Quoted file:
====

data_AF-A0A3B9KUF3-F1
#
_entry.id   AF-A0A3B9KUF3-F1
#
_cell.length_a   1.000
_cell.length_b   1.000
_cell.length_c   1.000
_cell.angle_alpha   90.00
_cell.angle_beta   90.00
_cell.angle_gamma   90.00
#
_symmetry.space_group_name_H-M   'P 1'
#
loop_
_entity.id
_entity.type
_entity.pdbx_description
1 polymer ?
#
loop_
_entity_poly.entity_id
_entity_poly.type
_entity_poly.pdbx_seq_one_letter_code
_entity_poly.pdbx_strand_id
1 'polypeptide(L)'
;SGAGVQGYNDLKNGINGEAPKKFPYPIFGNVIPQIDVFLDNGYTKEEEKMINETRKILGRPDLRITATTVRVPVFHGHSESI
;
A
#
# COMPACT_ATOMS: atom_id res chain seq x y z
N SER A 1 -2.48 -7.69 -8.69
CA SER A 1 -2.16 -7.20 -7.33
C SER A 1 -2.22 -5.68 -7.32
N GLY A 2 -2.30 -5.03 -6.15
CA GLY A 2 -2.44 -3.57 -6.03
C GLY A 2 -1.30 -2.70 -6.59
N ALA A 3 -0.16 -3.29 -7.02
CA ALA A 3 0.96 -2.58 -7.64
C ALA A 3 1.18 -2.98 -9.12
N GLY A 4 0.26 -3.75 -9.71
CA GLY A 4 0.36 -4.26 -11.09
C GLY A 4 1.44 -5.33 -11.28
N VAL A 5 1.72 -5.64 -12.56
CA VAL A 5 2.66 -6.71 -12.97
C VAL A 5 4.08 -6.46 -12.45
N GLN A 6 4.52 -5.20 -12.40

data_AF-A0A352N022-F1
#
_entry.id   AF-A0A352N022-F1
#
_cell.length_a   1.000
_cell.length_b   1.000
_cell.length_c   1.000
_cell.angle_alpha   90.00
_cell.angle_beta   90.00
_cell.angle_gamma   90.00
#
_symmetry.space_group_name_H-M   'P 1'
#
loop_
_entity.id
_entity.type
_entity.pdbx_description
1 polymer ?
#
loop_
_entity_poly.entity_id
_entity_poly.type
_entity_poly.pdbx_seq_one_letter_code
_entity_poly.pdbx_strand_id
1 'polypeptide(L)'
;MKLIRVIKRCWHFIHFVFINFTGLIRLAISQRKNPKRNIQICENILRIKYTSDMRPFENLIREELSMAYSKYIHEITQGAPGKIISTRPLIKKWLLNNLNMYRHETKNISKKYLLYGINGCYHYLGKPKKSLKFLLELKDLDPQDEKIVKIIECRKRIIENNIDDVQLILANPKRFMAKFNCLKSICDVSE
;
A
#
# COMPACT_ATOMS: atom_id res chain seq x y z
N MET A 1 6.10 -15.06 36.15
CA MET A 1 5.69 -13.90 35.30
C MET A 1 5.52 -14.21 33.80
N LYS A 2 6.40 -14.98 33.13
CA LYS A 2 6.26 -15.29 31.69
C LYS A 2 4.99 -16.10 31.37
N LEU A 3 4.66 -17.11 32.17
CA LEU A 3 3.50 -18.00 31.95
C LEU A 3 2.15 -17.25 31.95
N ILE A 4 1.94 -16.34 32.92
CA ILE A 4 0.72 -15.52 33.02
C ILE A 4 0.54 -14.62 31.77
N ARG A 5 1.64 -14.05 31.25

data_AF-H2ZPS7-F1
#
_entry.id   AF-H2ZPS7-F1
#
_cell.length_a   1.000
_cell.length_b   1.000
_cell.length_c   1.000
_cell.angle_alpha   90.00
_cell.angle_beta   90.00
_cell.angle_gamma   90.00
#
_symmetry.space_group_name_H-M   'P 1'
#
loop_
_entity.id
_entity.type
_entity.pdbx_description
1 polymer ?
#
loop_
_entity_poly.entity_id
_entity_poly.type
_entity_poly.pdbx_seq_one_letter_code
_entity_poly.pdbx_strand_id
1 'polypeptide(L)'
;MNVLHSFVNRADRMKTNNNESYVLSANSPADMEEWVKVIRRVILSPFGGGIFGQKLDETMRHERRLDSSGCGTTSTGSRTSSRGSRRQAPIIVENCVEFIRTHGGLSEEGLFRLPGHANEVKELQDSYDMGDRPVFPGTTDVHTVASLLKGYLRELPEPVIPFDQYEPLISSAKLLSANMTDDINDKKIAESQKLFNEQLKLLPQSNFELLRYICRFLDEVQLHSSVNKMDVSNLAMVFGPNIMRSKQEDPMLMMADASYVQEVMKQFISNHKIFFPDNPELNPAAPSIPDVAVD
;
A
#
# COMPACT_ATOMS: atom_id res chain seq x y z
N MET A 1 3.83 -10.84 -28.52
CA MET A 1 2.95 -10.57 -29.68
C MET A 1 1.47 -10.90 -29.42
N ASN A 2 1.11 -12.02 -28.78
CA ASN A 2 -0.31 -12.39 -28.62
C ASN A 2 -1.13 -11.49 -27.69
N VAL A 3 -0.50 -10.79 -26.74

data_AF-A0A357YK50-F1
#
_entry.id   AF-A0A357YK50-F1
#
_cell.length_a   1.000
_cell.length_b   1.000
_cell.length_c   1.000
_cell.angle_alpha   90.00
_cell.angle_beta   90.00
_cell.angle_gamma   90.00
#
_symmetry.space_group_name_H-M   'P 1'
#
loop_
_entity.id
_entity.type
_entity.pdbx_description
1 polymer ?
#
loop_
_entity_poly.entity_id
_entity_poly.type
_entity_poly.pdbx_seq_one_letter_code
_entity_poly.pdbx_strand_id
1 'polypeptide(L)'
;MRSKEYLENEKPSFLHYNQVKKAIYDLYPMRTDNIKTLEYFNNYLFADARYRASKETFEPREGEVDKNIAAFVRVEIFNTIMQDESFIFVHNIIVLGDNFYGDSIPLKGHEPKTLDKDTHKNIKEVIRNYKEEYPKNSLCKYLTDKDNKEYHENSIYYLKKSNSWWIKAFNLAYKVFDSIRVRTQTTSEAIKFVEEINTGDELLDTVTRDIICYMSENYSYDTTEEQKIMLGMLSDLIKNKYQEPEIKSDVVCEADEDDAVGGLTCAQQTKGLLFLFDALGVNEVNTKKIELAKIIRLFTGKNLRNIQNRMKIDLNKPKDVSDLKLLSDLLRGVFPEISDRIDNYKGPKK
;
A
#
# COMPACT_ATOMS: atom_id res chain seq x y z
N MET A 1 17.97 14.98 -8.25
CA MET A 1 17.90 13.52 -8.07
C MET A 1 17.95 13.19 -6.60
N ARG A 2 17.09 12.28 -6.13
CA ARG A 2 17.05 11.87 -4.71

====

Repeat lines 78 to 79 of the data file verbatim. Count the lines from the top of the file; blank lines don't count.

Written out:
CA MET A 1 5.69 -13.90 35.30
C MET A 1 5.52 -14.21 33.80